Smoother and more compact, the rotary engine has its advantages – and downsides, too. We breakdown the science and functionality behind the Wankel.
Unlike the conventional piston engines that power the majority of the cars on the road today, the Wankel engine — or more commonly referred to as a rotary engine — designed by German engineer Felix Wankel and patented back in 1929, takes a more innovative approach to essentially accomplish the same thing: convert pressure into motion to help propel our vehicles forward.
The simplicity and compact design of the rotary engine is what sets it apart from other internal combustion engines, with Mazda and their RX-8 sports coupe perhaps making the Wankel power plant more of a household name the past few decades.
Rotary Engine: Pros and Cons
Here’s a quick overview of some of the good and bad that comes with this type of engine.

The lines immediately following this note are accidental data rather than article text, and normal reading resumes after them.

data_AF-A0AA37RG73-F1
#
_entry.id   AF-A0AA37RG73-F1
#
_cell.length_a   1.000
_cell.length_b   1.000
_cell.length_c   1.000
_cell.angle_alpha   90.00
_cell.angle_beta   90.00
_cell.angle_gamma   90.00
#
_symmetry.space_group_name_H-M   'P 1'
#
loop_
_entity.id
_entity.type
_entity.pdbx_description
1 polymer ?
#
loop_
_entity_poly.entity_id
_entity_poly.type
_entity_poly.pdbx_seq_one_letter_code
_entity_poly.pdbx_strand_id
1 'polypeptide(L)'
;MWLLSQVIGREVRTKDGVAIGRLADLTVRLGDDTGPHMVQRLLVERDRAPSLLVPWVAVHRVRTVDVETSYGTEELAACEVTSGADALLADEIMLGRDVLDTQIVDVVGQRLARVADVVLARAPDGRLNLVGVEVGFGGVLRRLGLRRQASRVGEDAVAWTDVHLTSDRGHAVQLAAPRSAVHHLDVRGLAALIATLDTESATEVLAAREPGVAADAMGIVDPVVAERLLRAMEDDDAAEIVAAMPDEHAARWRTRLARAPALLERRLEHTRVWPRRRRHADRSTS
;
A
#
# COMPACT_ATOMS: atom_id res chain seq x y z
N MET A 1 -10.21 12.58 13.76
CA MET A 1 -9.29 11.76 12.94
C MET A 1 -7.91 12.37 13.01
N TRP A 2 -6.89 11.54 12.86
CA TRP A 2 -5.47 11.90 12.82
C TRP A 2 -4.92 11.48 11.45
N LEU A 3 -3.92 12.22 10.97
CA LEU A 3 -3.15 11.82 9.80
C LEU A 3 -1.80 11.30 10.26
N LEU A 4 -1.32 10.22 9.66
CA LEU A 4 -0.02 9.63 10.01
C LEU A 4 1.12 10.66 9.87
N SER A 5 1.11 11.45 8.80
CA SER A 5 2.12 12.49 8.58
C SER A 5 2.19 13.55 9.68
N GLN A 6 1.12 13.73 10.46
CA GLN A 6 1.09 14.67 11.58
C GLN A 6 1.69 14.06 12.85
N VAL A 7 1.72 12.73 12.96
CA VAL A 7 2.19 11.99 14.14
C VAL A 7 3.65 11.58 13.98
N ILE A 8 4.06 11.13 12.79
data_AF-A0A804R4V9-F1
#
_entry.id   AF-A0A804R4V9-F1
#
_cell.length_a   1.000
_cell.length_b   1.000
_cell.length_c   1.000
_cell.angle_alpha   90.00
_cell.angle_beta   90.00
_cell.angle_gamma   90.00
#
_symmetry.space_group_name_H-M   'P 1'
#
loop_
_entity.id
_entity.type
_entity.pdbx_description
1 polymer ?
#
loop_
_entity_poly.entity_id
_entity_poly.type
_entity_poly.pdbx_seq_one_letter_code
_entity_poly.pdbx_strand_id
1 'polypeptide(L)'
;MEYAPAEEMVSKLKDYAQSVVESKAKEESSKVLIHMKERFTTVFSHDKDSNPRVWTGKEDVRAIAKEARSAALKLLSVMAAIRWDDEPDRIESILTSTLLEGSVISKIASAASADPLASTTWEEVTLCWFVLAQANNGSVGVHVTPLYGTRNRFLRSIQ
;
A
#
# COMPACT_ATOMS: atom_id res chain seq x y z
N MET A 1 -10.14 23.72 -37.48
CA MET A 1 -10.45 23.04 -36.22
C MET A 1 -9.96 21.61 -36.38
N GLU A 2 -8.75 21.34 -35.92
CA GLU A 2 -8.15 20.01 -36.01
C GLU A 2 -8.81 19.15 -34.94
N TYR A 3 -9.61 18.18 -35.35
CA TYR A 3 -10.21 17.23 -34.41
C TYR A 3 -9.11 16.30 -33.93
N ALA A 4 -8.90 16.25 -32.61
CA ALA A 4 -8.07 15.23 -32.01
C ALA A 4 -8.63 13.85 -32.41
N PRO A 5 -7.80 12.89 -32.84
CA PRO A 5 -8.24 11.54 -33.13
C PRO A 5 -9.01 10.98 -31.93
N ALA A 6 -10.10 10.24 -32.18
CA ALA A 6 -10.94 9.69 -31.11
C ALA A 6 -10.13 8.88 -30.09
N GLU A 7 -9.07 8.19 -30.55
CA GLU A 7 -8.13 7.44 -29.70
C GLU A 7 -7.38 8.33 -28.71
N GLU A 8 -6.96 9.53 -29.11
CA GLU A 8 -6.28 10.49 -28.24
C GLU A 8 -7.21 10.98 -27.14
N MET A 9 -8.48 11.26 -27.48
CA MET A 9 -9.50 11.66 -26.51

- smoother and more compact design
- more reliable: simplicity of design means less can go wrong
- can last longer: less moving parts a big plus
- expensive to repair: an uncommon engine means more costly to repair; plus, you need to find a specialist
- more maintenance: the simplicity of design is a plus but the tradeoff is more frequent, consistent maintenance
- oil leaks: perhaps the most common issue with the rotary engine
- not fuel efficient: requires more oil and fuel mix to keep things lubricated; down goes fuel economy
Rotary Engine Infographic:
Below is an in-dept infographic by the team at Animagraffs explaining exactly how the rotary engine works.